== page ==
Make sure blogging doesn’t land you in trouble

‘Internet’ and ‘job’ are generally mentioned in the same sentence when it comes to recruitment advertisements. But it emerges that employers are now using ‘internet reputation’ (or ‘NetRep’, if you’re up with the lingo) to help them make decisions about people applying for jobs at their organisation.

It is becoming common practice ‘to Google’ potential interviewees to verify background details or discover some interesting facts about them, and some employers are checking out personal information that candidates have posted on blogs or social websites, such as MySpace or YouTube.

While social networking may allow some applicants to display their amazing internet skills and reveal talents not apparent on their CV, others may ruin their career chances by cataloguing their drunken exploits on a blog for all and sundry to see. Basically, the dodgier the posting, the more likely they’ll be fast-tracked to the rejection pile, according to business social network Viadeo.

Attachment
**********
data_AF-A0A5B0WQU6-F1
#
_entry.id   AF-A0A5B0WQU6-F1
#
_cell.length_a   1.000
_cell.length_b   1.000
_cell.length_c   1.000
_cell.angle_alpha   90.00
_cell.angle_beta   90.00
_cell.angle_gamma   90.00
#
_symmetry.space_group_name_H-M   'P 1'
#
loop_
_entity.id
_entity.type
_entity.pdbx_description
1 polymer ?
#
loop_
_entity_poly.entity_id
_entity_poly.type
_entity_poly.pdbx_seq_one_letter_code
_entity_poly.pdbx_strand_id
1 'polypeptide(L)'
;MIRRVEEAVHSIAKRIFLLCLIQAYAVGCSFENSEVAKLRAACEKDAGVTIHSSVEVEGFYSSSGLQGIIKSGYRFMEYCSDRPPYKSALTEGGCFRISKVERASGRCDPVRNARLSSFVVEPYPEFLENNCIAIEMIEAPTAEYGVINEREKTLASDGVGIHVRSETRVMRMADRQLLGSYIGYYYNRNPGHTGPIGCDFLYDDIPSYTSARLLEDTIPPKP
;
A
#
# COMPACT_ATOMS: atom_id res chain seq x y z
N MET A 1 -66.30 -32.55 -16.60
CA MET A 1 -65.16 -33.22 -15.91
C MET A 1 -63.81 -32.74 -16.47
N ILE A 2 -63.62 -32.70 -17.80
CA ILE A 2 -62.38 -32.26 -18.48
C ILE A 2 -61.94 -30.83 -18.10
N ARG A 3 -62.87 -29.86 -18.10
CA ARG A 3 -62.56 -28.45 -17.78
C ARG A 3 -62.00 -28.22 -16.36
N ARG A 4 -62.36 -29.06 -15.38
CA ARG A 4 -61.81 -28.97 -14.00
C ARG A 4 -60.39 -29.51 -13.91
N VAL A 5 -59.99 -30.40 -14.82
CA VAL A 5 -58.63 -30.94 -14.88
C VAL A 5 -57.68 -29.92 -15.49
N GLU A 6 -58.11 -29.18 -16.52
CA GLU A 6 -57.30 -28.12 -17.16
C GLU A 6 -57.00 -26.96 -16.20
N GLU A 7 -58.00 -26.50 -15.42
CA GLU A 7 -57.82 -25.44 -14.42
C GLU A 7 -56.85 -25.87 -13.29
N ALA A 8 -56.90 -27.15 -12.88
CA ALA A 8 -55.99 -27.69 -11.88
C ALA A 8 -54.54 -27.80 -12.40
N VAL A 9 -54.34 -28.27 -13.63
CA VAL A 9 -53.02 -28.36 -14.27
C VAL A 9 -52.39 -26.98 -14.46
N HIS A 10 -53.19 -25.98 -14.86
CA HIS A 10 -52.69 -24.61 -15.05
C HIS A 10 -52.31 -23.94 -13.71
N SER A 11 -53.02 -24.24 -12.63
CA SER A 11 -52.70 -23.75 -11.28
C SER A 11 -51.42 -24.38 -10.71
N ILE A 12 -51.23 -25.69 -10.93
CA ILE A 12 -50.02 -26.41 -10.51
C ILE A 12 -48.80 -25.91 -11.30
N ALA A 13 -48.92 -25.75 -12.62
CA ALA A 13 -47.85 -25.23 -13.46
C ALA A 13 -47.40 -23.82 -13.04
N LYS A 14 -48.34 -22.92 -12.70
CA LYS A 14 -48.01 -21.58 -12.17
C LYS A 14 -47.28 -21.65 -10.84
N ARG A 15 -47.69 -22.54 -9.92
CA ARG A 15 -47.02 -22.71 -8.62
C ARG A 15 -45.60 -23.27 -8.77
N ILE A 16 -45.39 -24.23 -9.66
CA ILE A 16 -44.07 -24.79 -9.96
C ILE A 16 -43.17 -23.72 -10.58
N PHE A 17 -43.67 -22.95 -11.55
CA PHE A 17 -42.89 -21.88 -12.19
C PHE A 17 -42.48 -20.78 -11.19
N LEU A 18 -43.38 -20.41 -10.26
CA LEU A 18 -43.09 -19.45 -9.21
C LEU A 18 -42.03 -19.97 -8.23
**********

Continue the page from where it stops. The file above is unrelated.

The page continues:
There have already been cases of employees getting the sack because of their blogs – though the ensuing publicity can often cause more damage to the company than to the individual.

If used well, blogs can enhance your corporate reputation. If you’d like to know how, we outline how to build a safe blogging culture in this week’s Trade Secrets feature. Whether your organisation blogs, or has no intention of doing so, our expert advises that you create a blogging policy anyway so that you can still encourage people to blog, while ensuring your employer brand is protected.

If all that hasn’t put you off, Personnel Today is looking for someone to blog anonymously about life in HR. If you think you’ve got what it takes, e-mail rob.moss@rbi.co.uk.

Given the wicked insights and workplace wisdom from our very own Guru on his blog, we wonder what you might make of his NetRep how many of you would give him a job?


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